Four key areas are identified above. The issue of the money supply and exchange rate are fundamentally important. The present system which allows the street money market to control the exchange rate combined with over-expenditure by government requires urgent correction. Streamlining the public services so that they can do a better job and be adequately paid is critical. The inefficiency of the present public services makes it difficult to have good welfare services as well as productive investments.

State financial provision targeted at economic development and growth remains very critical. Present provision is both too low and incorrectly targeted. Provision should favour agriculture and manufacturing industries, and should combine training including technological updates, internships and marketing.
The state budget should be radically revised so as to target economic growth. The state should examine existing institutions first to see how their capacities can be enhanced, rather than funding new organisations. A key area is to control the leakage of US$1 billion a year estimated to be lost through corruption.
World Bank advice that government should lower assistance to industries should be analysed in detail. Present investment by the government into the private sector has not proved effective or profitable. Greater emphasis should be placed on supporting fertiliser factories: providing “presidential gifts” of free imported fertiliser is politically popular but obviously leads to subsistence production only.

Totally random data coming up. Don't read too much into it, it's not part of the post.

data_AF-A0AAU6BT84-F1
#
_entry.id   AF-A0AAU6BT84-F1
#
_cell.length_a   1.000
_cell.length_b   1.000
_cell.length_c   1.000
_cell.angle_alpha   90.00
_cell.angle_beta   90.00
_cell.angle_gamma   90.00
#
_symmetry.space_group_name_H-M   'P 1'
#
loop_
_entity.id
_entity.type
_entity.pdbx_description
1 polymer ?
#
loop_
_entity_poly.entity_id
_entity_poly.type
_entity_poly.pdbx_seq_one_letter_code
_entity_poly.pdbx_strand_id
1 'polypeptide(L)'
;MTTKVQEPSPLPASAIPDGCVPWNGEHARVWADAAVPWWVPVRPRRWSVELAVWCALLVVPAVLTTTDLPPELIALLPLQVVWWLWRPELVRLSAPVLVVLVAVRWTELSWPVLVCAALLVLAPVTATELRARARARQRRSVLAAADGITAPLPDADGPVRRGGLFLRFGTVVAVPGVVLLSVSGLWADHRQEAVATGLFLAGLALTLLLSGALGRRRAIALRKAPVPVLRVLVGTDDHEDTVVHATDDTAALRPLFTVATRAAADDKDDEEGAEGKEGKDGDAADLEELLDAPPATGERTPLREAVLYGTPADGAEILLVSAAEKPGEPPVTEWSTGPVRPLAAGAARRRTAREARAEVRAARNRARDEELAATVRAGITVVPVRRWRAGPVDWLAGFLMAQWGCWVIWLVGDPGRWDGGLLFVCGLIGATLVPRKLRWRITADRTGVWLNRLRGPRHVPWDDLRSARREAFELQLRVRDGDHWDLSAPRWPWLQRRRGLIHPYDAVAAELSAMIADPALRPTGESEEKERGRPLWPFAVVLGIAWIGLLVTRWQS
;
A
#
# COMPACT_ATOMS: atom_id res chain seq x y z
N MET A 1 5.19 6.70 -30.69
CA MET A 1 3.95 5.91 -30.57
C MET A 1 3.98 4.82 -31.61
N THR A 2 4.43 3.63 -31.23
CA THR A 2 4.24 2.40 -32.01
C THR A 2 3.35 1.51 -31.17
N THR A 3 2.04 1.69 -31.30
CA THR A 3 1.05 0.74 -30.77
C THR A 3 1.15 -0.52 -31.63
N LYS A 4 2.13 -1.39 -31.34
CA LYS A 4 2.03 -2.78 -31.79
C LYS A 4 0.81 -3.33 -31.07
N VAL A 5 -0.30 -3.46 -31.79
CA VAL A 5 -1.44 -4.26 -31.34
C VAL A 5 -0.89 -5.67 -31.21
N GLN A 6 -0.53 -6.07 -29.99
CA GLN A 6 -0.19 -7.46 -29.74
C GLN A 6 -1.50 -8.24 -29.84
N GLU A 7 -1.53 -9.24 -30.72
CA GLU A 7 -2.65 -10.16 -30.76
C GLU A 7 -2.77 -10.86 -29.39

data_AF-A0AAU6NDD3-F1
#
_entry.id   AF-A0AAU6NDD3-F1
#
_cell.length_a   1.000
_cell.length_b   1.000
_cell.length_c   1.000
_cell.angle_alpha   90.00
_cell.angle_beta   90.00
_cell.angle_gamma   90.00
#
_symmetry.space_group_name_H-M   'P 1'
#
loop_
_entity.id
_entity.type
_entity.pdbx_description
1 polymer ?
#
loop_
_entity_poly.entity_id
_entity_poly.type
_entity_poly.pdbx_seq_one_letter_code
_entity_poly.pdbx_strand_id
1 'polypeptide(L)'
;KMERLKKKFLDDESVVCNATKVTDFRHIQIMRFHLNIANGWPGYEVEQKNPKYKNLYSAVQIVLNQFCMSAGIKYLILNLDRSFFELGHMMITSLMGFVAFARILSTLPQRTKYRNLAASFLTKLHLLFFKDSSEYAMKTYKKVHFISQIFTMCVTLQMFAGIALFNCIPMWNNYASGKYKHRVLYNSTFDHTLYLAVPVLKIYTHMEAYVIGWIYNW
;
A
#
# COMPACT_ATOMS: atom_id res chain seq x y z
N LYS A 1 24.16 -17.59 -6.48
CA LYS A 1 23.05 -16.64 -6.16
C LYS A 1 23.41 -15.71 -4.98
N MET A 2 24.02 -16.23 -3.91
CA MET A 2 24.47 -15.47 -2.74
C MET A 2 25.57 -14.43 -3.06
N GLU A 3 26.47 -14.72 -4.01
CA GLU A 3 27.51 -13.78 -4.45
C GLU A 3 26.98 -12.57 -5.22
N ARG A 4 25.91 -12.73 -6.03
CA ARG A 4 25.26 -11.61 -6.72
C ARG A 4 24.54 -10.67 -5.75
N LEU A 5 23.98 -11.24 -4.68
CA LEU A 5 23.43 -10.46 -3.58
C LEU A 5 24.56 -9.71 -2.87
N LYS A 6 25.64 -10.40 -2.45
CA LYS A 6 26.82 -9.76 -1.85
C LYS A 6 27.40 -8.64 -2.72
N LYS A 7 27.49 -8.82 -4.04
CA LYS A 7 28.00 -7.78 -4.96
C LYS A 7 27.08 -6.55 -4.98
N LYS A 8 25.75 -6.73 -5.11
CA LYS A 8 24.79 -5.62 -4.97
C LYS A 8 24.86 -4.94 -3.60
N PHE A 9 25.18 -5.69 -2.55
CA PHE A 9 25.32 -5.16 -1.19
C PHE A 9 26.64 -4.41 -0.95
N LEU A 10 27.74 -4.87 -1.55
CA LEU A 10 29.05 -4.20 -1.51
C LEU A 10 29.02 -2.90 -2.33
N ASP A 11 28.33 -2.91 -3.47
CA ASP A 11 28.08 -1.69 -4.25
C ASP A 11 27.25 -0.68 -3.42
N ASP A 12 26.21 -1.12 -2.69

There is need for substantial and targeted focus on supporting manufacturing industries which are known to be linked to economic growth and work creation. Concentration on providing the machinery and equipment to allow the large agricultural sector to mechanise can double agricultural productivity.

Machinery and equipment should be bought rather than gifted to political supporters: it is essential to include machinery and equipment which is affordable to small scale farmers. This is closely linked to the fourth Esap recommendation that there be more focus on agriculture.

Finally, the basic human rights, such as the right to a clean water supply, education and healthcare should continue to be respected as they are the foundations of a sound economy.

Chung was a secondary school teacher in the townships (1963-1968); lecturer in polytechnics and university (1968-1975); teacher trainer in the liberation struggle (1976-1979); civil servant (1980-1987); former minister of education (1988-1993); UN civil servant (1994-2003). These weekly New Perspectives articles are coordinated by Lovemore Kadenge, immediate past president of the Zimbabwe Economics Society . — kadenge.zes@gmail.com or mobile +263 772 382 852.